Pauline Kael on the joys of watching foreign films

“Movies are used by cultures where they are foreign films in a much more primitive way than in their own; they may be enjoyed as travelogues or as initiations into how others live or in ways we might not even guess. The sophisticated and knowledge able moviegoer is likely to forget how new and how amazing the different worlds up there once seemed to him, and to forget how much a child reacts to, how many elements he is taking in, often for the first time. And even adults who have seen many movies may think a movie is “great” if it introduces them to unfamiliar subject matter; thus many moviegoers react as naïvely as children to “Portrait of Jason” or “The Queen.” They think they’re wonderful. The oldest plots and corniest comedy bits can be full of wonder for a child, just as the freeway traffic in a grade Z melodrama can be magical to a villager who has never seen a car. A child may enjoy even a movie like “Jules and Jim” for its sense of fun, without comprehending it as his parents do, just as we may enjoy an Italian movie as a sex comedy although in Italy it is considered social criticism or political satire.”
–Pauline Kael, “Trash, Art, and the Movies,” Harper’s, February 1969

Posted by | Comments (2)  | October 21, 2013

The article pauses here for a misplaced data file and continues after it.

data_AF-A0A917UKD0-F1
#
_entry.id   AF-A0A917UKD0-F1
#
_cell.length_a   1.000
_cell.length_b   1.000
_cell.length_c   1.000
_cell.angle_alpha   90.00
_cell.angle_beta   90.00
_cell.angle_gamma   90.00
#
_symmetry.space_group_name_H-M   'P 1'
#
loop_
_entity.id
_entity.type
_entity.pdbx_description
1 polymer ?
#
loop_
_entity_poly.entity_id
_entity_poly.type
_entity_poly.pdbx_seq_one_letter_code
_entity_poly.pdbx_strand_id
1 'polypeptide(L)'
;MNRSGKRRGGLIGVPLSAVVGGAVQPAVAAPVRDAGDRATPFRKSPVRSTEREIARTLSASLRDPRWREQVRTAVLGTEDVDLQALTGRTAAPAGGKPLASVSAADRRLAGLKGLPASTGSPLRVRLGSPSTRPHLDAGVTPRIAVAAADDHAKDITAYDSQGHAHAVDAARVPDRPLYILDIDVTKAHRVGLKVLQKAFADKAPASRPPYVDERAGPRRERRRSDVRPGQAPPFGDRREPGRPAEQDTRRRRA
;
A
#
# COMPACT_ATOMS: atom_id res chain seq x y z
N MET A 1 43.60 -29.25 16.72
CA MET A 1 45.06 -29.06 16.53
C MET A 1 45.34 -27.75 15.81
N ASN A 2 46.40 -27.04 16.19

Category: Travel Quote of the Day

2 Responses to “Pauline Kael on the joys of watching foreign films”

  1. Carl Parkes Says:

    I was fortunate to be both a student and projectionist at UCSB way back in the 70s and took all the film history classes and showed all the films, so I got both paid and got credit, one of my greatest college scams.

  2. Peter Korchnak Says:

    I find foreign films to be a fantastic way to prepare for a trip to the country of their origin. For example, I am writing this from Istanbul, Turkey. The handful of Turkish movies (“Once Upon a Time in Anatolia” and “The Edge of Heaven” to mention two of the better-known ones) I watched before the current RTW trip were not only a joy to watch but they also helped me get an inside look into a culture I would otherwise be seeing ‘only’ as a traveler.